Dublin band The Coronas have the most unfortunate band name of the decade thanks to a certain pandemic. Luckily for them, their sixth studio album, True Love Waits, is more comparable to the beer they also share their name with: chilled, charming and light-hearted.
The Coronas’ new release marks the beginning of a fresh chapter for the band following the departure of guitarist Dave McPhillips last year. Luckily for fans, this setback didn’t hinder plans to release new music.
The album as a whole needs more energy, something the first, and title track, is particularly lacking. But the lacklustre sound of the acoustic guitars doesn’t take away from the uplifting mood provided by the bright synth or hopeful lyrics. The following track, Never Ending (On Your Side) begins with a droning synth and a piano hook (the first of many), while energy levels intensify massively midway through the track thanks to the addition of real brass – something the band have never used before.
Lost In The Thick Of It is a gorgeous duet, written and performed alongside Gabrielle Aplin. A wistful piano hook opens the song, along with vulnerable lyrics like “The way you walked away, it really messed me up” then building into a spirited chorus of powerful vocals. The soothing sounds of I Think We Jinxed It then lead into Haunted. Beginning and ending with basic-yet-emotive piano, the song displays a fusion of memorable hooks with diverse vocals. The emotive piano theme is continued through the following track Cold, comprising a comforting keys riff accompanied by O’Riley’s rhapsodic tones.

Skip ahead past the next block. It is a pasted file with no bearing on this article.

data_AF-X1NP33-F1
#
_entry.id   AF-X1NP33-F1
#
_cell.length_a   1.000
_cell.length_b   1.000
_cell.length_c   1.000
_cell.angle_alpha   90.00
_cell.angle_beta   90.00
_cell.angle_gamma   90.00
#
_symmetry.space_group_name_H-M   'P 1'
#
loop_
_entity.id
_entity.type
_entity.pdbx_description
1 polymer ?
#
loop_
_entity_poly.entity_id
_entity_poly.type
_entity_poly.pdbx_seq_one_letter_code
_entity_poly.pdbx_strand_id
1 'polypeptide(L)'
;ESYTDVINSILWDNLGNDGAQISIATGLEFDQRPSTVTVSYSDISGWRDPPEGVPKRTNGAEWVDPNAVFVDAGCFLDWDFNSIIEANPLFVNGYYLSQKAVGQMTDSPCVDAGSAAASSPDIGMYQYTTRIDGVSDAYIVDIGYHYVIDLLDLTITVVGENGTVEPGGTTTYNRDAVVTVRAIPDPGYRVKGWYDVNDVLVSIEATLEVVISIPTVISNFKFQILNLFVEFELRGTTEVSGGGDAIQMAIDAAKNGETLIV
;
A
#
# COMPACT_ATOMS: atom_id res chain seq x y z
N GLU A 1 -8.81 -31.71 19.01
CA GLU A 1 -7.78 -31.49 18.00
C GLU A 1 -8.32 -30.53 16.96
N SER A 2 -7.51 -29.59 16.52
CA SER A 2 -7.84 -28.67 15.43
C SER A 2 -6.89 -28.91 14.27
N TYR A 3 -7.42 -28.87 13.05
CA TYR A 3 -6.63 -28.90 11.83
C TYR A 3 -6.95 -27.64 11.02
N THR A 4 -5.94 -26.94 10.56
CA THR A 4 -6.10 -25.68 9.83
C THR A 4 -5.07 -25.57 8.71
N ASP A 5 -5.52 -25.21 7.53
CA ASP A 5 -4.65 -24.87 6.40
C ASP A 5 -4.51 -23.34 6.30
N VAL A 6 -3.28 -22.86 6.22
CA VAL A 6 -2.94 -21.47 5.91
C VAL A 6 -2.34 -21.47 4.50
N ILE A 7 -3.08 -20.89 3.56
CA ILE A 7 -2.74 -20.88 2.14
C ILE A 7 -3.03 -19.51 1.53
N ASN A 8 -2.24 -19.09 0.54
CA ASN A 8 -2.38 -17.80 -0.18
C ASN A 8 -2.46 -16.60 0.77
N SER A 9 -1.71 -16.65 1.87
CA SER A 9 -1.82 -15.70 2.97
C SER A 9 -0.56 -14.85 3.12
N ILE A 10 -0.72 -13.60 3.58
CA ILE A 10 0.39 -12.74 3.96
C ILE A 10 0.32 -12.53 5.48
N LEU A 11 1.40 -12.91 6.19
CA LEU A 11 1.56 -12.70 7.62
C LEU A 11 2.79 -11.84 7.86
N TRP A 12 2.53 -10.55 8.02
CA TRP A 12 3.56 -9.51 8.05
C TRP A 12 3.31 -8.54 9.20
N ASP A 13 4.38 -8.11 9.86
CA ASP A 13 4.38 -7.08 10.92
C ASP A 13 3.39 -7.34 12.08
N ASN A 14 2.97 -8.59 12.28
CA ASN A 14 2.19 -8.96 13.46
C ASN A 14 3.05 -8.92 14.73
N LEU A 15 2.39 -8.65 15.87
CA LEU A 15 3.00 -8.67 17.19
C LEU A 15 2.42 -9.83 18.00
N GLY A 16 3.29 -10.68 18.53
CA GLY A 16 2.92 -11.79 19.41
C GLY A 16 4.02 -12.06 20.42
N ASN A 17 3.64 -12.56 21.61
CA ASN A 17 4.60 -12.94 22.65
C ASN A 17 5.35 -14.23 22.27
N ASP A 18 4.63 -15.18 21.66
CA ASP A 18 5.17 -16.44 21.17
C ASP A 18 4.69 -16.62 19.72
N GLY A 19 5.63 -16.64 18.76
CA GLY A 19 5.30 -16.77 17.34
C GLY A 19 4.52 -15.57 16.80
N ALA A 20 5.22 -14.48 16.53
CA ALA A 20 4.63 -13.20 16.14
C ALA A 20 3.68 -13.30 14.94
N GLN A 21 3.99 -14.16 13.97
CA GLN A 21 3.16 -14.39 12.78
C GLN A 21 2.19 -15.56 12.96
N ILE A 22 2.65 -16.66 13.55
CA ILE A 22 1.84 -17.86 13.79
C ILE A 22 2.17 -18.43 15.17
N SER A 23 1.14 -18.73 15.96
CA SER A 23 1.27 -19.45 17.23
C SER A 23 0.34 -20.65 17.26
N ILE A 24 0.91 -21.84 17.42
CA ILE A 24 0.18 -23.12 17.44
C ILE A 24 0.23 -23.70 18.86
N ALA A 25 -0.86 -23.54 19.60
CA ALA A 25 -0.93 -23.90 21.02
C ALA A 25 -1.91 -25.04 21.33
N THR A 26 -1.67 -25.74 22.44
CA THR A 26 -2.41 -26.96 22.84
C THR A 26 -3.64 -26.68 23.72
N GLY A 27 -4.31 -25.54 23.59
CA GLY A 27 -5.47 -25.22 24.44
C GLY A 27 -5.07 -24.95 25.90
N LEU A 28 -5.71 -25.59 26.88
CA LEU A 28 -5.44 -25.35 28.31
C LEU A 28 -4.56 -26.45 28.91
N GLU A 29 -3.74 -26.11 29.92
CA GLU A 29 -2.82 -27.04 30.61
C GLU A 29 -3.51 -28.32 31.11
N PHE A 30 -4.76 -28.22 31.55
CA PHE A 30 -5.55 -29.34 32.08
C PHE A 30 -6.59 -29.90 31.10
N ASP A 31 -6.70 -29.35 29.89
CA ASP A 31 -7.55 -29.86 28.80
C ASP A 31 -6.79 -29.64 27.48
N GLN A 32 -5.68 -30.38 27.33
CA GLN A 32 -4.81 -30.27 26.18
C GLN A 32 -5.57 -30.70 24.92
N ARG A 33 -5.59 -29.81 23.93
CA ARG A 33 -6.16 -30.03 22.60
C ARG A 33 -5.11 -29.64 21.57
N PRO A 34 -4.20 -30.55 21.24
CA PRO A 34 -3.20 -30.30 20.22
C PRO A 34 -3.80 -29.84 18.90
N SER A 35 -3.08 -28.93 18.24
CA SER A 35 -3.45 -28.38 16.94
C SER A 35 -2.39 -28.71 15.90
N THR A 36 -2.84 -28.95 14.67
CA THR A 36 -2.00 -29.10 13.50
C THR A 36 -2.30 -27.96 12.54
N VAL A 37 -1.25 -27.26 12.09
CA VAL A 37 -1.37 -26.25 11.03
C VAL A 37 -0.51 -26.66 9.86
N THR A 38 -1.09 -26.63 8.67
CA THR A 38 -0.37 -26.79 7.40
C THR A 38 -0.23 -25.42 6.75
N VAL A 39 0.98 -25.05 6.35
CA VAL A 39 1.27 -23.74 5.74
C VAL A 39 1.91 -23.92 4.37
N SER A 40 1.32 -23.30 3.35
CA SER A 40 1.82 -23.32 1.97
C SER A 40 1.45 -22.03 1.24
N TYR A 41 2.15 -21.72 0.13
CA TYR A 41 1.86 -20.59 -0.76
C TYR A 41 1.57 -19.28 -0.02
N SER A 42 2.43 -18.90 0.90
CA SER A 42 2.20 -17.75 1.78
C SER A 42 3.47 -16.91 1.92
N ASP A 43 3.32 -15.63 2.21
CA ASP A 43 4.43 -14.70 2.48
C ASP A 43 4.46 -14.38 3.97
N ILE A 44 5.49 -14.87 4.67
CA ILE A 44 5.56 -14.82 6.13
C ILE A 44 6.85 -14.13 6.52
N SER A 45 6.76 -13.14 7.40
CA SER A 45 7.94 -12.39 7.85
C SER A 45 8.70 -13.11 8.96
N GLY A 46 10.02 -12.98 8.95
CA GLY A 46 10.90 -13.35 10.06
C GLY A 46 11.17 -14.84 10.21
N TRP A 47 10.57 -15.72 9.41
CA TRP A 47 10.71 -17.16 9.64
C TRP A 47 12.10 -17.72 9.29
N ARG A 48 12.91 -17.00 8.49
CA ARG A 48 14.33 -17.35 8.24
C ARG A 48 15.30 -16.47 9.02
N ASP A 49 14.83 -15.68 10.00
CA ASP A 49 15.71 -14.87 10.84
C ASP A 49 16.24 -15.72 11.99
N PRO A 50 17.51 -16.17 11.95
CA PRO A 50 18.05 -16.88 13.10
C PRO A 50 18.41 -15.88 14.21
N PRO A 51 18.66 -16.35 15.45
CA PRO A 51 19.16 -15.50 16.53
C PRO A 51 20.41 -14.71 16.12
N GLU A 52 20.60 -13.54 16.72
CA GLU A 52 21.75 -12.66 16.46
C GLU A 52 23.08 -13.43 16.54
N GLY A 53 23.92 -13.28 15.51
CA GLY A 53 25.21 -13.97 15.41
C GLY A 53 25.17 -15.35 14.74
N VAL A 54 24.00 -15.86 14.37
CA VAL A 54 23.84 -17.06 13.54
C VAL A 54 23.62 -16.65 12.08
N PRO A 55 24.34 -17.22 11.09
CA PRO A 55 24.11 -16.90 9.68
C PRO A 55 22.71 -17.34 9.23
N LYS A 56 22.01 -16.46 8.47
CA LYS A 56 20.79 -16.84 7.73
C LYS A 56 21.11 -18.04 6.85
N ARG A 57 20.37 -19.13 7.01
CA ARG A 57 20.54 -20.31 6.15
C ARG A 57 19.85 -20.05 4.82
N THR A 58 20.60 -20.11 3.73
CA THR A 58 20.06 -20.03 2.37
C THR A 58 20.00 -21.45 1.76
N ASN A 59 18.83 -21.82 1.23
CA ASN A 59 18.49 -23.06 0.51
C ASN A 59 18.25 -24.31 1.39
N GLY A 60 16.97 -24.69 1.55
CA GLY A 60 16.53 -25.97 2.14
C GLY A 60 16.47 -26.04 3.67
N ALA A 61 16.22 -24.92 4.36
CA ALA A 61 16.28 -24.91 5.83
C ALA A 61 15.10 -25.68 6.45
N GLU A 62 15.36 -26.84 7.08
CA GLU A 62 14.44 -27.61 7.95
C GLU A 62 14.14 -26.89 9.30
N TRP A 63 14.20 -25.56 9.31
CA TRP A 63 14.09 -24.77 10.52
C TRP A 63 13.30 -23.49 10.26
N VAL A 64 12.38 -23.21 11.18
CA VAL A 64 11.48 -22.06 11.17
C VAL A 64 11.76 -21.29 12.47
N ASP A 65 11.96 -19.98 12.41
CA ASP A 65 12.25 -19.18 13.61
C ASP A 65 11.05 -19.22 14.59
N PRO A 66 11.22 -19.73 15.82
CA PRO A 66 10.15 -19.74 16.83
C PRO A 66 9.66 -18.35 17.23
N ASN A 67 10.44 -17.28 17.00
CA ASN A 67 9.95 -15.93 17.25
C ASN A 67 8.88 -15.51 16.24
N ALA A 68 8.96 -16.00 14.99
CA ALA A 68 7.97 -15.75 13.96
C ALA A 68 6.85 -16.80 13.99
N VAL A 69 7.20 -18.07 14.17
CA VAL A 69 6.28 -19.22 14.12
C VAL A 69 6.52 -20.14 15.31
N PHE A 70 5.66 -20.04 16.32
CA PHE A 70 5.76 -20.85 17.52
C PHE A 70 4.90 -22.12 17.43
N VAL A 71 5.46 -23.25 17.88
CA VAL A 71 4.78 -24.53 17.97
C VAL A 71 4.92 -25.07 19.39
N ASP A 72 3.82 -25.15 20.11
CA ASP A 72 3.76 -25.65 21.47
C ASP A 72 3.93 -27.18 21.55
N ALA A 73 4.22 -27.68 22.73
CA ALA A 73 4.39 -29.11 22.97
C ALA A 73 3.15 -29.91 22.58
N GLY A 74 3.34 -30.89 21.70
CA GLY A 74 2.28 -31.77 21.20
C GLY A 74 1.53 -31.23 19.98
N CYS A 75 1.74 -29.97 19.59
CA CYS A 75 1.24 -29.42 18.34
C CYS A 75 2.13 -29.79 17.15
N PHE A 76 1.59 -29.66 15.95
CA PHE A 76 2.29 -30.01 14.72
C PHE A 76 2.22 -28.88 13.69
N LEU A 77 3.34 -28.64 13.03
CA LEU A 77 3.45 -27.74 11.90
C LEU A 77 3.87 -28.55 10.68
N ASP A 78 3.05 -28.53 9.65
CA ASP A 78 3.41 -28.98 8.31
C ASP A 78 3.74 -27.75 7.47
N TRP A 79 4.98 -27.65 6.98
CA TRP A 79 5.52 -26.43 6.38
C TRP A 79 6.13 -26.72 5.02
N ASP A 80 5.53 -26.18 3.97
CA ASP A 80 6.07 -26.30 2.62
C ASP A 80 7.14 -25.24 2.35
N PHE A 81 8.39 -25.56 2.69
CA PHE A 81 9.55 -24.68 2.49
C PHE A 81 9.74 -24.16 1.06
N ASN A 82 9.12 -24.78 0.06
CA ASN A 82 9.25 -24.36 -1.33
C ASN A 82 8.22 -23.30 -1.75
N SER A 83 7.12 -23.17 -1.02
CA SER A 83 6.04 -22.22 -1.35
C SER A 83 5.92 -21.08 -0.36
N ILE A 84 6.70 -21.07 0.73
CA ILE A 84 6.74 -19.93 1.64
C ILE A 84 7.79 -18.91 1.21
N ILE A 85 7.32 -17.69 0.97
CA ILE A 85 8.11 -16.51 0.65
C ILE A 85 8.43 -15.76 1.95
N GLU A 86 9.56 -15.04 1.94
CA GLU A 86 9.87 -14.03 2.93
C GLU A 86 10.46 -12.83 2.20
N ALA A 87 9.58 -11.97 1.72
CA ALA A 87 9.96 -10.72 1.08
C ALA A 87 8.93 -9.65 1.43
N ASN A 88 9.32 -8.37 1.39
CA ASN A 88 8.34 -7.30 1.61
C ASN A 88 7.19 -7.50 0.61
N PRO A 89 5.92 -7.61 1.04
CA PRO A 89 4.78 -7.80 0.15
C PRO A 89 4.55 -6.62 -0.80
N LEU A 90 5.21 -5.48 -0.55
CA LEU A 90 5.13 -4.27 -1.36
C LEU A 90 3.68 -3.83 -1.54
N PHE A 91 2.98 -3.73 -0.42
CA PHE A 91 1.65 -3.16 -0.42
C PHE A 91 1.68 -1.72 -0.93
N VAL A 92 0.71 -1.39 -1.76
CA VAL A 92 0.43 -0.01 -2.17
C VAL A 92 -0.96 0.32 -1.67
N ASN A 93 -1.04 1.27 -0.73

In some songs, particularly Brave, the instrumental accompaniment seems unable to match the same intensity as the vocals. The opposite can be said, however, for Heat Of The Moment: a joyful track laced with nostalgia – a song to relax to on a warm summer night – possibly with a corona in hand. The lively chorus, with fiery drums and an anthemic melody, makes for a stand-out song for the group’s back catalogue.
Danny O’Riley has previously mentioned other people’s encouragement to experiment with his voice, a statement proven true by Find The Water. The soaring brass lines have O’Riley’s piercing vocals unrecognisable compared to previous albums.
The overcompensation of piano hooks used in the album is evident as we near the end of the album with Need Your Presence, while the penultimate Light Me Up beams euphoria with passionate lyrics like “I think it’s somewhere in my flaws, you don’t mind it though”. The record concludes with LA At Night, which is a decent standalone track but doesn’t reach a satisfying end to quite a long listening journey.
Many melancholic songs somehow makeup a promising and optimistic album for The Coronas. Lyrically, the importance of closeness is often highlighted – a fitting theme in the social distancing world we are living in. It seems the band are moving slowly from their old style and ready to take on the world; even better things are coming.